- (1) Swedish University of Agricultural Sciences, grid.6341.0
- (2) Norwegian Institute of Bioeconomy Research, grid.454322.6
- (3) University of Copenhagen, grid.5254.6, KU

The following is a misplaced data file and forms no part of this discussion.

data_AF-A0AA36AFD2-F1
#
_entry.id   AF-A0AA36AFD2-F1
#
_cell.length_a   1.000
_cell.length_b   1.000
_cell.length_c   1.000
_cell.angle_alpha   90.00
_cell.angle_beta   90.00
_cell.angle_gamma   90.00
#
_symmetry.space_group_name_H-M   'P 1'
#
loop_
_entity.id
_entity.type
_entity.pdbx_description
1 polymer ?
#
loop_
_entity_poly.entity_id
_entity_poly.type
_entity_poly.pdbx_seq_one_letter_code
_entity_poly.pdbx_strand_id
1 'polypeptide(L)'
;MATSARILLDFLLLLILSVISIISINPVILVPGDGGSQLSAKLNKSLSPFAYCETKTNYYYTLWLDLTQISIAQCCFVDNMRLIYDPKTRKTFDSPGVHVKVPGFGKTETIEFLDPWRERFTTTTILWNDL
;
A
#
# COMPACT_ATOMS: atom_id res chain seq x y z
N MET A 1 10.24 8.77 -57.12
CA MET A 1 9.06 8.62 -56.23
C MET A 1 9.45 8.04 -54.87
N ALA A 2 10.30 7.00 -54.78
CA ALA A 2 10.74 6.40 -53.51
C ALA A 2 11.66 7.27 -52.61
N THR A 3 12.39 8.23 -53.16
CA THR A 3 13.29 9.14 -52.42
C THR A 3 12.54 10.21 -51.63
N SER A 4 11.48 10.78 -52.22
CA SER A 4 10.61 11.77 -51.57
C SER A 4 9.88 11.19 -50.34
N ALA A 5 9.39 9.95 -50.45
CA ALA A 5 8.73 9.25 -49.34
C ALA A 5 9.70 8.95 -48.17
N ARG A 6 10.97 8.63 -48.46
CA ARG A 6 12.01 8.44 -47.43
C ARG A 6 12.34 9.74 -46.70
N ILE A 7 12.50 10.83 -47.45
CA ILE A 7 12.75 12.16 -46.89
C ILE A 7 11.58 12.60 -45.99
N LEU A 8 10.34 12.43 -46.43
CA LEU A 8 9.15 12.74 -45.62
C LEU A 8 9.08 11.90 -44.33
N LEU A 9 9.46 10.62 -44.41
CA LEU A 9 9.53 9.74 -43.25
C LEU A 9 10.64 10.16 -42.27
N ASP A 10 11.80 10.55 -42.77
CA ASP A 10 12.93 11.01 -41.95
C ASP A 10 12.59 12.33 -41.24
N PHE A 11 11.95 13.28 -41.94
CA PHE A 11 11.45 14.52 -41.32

To locate and evaluate host patches before oviposition, parasitoids of herbivorous insects utilize plant volatiles and host-derived cues, but also evaluate predator-derived infochemicals to reduce predation risks. When foraging in host habitats infested with entomopathogenic fungi that can infect both a parasitoid and its host, parasitoids may reduce the risk of intraguild predation (IGP) by avoiding such patches. In this study, we examined whether the presence of the entomopathogenic fungi Metarhizium brunneum and Beauveria bassiana in soil habitats of a root herbivore, Delia radicum, affects the behavior of Trybliographa rapae, a parasitoid of D. radicum. Olfactometer bioassays revealed that T. rapae avoided fungal infested host habitats and that this was dependent on fungal species and density. In particular, the parasitoid avoided habitats with high densities of the more virulent fungus, M. brunneum. In addition, host density was found to be important for the attraction of T. rapae. Volatiles collected from host habitats revealed different compound profiles depending on fungal presence and density, which could explain the behavior of T. rapae. We conclude that T. rapae females may use volatile compounds to locate high densities of prey, but also compounds related to fungal presence to reduce the risk of IGP towards themselves and their offspring.